Born in Ireland, Arthur Sidney Clibborn was the son of a linen mill owner. Though raised in a Quaker home, he later joined the Salvation Army. After marrying the daughter of the Army’s founder, William Booth, he changed his name to a hyphenated Booth-Clibborn. Arthur and Catherine worked with the Salvation Army in France, Switzerland, Belgium and Holland. Booth-Clibborn wrote over 300 hymns.
The words of O God of Light were first published in the Salvation Army’s War Cry magazine. The author says they were written “in times of persecution and imprisonment.” It is a stern and audacious prayer, reminiscent of the words of David, who wrote, “Let the righteous strike me; It shall be a kindness. And let him rebuke me; It shall be as excellent oil; Let my head not refuse it” (Ps. 141:5). It is a bold prayer, inviting discipline if it is needed. Booth-Clibborn’s hymn seems to reflect a similar spirit. But he speaks with confidence that the rod of chastening is in the hand of a loving Father (cf. Heb. 12:5-11).
O God of light, O God of love,
Shine on my soul from heaven above!
Let sin appear in Thy pure ray
As black as on the judgment day;
Let perfect love apply the test,
And all that’s wrong make manifest.
O take Thy plummet and Thy line,
Apply them to this heart of mine,
And thus reveal each crooked place,
By contrast with true righteousness!
Let holy truth condemn each sham;
Show what Thou art, and what I am.
O smite and spare not, faithful God!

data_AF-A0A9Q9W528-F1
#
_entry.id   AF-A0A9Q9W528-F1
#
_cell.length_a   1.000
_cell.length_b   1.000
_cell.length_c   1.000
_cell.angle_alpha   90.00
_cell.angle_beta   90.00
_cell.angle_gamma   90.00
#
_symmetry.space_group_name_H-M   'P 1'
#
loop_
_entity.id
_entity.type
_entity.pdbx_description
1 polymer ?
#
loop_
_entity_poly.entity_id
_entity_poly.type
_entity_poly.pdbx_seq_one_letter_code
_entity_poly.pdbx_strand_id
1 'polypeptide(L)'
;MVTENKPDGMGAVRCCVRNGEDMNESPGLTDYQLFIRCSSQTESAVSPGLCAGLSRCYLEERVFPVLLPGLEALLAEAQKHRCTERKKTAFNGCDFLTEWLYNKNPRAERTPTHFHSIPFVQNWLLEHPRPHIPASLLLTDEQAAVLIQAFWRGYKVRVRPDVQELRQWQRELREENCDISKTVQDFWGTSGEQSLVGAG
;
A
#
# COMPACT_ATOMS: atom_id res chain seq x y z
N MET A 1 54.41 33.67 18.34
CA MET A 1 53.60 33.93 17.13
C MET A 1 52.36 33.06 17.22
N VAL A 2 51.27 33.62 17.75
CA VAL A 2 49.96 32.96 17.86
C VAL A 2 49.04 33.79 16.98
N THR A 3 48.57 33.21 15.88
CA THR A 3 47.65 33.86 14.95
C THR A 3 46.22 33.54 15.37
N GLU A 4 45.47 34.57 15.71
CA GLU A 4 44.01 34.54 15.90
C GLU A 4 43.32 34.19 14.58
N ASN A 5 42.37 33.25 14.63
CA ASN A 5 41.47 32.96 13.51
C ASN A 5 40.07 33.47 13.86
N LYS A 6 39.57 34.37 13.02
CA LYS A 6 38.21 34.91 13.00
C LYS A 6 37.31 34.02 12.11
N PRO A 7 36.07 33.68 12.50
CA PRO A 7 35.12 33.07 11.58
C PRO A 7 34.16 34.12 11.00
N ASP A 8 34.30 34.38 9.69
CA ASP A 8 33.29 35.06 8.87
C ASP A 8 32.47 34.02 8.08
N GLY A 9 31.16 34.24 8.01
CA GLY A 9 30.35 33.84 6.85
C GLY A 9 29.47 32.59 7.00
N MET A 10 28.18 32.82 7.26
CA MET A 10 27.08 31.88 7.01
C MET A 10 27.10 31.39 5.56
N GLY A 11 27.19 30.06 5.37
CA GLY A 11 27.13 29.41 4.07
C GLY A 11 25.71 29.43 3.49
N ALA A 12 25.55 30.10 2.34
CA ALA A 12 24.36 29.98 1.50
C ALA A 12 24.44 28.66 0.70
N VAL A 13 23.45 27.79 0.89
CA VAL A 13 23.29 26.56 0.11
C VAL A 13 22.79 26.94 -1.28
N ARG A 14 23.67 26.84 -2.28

A Father’s hand still holds the rod;
O make my sin-stained conscience smart,
And write Thy law upon my heart
So plainly, that my will shall bow
In full surrender, here and now!
(2) More from Oswald Smith
Since Canadian hymn writer Oswald Jeffrey Smith wrote more than 1,200 hymn texts, he is another whose work is difficult to cover in a series of brief entries. (For more about him and his hymns, see the third item under both Today in 1825 and Today in 1878, and the second item under Today in 1674.) The precise date when his song God Understands was written is unknown, but it was created around 1935 to minister to one particular person.
Dr. Smith’s youngest sister Ruth, and her husband Clifford were freshman missionaries serving in Peru. They were preparing to come home to Canada on their first furlough. But shortly before they left, Clifford was killed in a car accident. Ruth returned home with their two small boys, a grieving widow at the age of 26. Oswald Smith dedicated God Understands to his sister, and says it was a great comfort to her. And there’s this postscript: In God’s good time, the two boys grew up to become ministers of the gospel.
God understands your sorrow, he sees the falling tear,
And whispers, “I am with thee;” then falter not, nor fear.
He understands your longing,
Your deepest grief He shares;
Then let Him bear your burden,
He understands, and cares.
God understands your heartache, He knows the bitter pain;
O, trust Him in the darkness, you cannot trust in vain.
God understands your weakness, He knows the tempter’s pow’r;
And He will walk beside you however dark the hour.